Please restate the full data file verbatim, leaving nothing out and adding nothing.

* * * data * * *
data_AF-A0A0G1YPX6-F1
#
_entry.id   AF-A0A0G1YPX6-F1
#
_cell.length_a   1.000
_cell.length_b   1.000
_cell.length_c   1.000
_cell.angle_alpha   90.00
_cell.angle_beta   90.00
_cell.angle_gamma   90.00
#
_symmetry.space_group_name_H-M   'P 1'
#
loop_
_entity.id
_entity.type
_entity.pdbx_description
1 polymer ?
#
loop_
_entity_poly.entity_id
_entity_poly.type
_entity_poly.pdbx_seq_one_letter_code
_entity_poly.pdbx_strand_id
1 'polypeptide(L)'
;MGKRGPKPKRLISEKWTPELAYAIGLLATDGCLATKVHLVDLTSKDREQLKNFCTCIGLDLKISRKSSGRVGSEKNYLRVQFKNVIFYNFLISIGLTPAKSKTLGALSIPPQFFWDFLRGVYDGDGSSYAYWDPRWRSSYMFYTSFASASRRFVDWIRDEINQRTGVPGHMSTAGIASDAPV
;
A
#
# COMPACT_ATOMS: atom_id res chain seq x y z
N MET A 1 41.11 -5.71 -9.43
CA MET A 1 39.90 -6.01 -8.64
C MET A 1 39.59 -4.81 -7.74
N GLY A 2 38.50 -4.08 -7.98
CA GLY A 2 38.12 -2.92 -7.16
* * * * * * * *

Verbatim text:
data_AF-A0A0G1YPX6-F1
#
_entry.id   AF-A0A0G1YPX6-F1
#
_cell.length_a   1.000
_cell.length_b   1.000
_cell.length_c   1.000
_cell.angle_alpha   90.00
_cell.angle_beta   90.00
_cell.angle_gamma   90.00
#
_symmetry.space_group_name_H-M   'P 1'
#
loop_
_entity.id
_entity.type
_entity.pdbx_description
1 polymer ?
#
loop_
_entity_poly.entity_id
_entity_poly.type
_entity_poly.pdbx_seq_one_letter_code
_entity_poly.pdbx_strand_id
1 'polypeptide(L)'
;MGKRGPKPKRLISEKWTPELAYAIGLLATDGCLATKVHLVDLTSKDREQLKNFCTCIGLDLKISRKSSGRVGSEKNYLRVQFKNVIFYNFLISIGLTPAKSKTLGALSIPPQFFWDFLRGVYDGDGSSYAYWDPRWRSSYMFYTSFASASRRFVDWIRDEINQRTGVPGHMSTAGIASDAPV
;
A
#
# COMPACT_ATOMS: atom_id res chain seq x y z
N MET A 1 41.11 -5.71 -9.43
CA MET A 1 39.90 -6.01 -8.64
C MET A 1 39.59 -4.81 -7.74
N GLY A 2 38.50 -4.08 -7.98
CA GLY A 2 38.12 -2.92 -7.16